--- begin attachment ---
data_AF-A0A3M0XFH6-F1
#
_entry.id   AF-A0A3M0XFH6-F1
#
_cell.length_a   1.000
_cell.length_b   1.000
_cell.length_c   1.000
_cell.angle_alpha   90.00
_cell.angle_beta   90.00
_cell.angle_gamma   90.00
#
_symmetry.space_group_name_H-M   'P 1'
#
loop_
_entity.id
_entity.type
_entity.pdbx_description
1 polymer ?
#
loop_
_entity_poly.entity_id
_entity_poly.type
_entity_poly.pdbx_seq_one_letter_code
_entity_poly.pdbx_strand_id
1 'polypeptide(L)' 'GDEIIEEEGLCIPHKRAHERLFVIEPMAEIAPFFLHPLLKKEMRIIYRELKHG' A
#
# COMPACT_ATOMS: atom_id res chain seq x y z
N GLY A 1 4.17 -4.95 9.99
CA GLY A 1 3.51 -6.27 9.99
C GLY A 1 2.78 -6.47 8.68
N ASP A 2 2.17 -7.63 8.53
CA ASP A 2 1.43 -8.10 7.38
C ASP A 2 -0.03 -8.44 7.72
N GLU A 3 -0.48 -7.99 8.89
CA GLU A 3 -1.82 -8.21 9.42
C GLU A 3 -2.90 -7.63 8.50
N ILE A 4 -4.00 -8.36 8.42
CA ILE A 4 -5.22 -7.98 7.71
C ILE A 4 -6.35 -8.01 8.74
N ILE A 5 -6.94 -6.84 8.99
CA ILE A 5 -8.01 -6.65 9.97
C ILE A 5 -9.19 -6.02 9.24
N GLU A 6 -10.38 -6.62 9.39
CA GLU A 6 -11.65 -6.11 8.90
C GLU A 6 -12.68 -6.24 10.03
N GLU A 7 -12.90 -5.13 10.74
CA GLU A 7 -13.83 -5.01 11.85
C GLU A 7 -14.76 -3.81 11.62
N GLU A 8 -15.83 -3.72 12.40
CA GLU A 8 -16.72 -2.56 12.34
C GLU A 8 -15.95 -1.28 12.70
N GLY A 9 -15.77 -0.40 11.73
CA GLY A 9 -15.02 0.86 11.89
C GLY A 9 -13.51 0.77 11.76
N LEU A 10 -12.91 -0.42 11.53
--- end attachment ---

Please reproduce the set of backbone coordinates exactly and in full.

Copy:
data_AF-A0A3M0XFH6-F1
#
_entry.id   AF-A0A3M0XFH6-F1
#
_cell.length_a   1.000
_cell.length_b   1.000
_cell.length_c   1.000
_cell.angle_alpha   90.00
_cell.angle_beta   90.00
_cell.angle_gamma   90.00
#
_symmetry.space_group_name_H-M   'P 1'
#
loop_
_entity.id
_entity.type
_entity.pdbx_description
1 polymer ?
#
loop_
_entity_poly.entity_id
_entity_poly.type
_entity_poly.pdbx_seq_one_letter_code
_entity_poly.pdbx_strand_id
1 'polypeptide(L)' 'GDEIIEEEGLCIPHKRAHERLFVIEPMAEIAPFFLHPLLKKEMRIIYRELKHG' A
#
# COMPACT_ATOMS: atom_id res chain seq x y z
N GLY A 1 4.17 -4.95 9.99
CA GLY A 1 3.51 -6.27 9.99
C GLY A 1 2.78 -6.47 8.68
N ASP A 2 2.17 -7.63 8.53
CA ASP A 2 1.43 -8.10 7.38
C ASP A 2 -0.03 -8.44 7.72
N GLU A 3 -0.48 -7.99 8.89
CA GLU A 3 -1.82 -8.21 9.42
C GLU A 3 -2.90 -7.63 8.50
N ILE A 4 -4.00 -8.36 8.42
CA ILE A 4 -5.22 -7.98 7.71
C ILE A 4 -6.35 -8.01 8.74
N ILE A 5 -6.94 -6.84 8.99
CA ILE A 5 -8.01 -6.65 9.97
C ILE A 5 -9.19 -6.02 9.24
N GLU A 6 -10.38 -6.62 9.39
CA GLU A 6 -11.65 -6.11 8.90
C GLU A 6 -12.68 -6.24 10.03
N GLU A 7 -12.90 -5.13 10.74
CA GLU A 7 -13.83 -5.01 11.85
C GLU A 7 -14.76 -3.81 11.62
N GLU A 8 -15.83 -3.72 12.40
CA GLU A 8 -16.72 -2.56 12.34
C GLU A 8 -15.95 -1.28 12.70
N GLY A 9 -15.77 -0.40 11.73
CA GLY A 9 -15.02 0.86 11.89
C GLY A 9 -13.51 0.77 11.76
N LEU A 10 -12.91 -0.42 11.53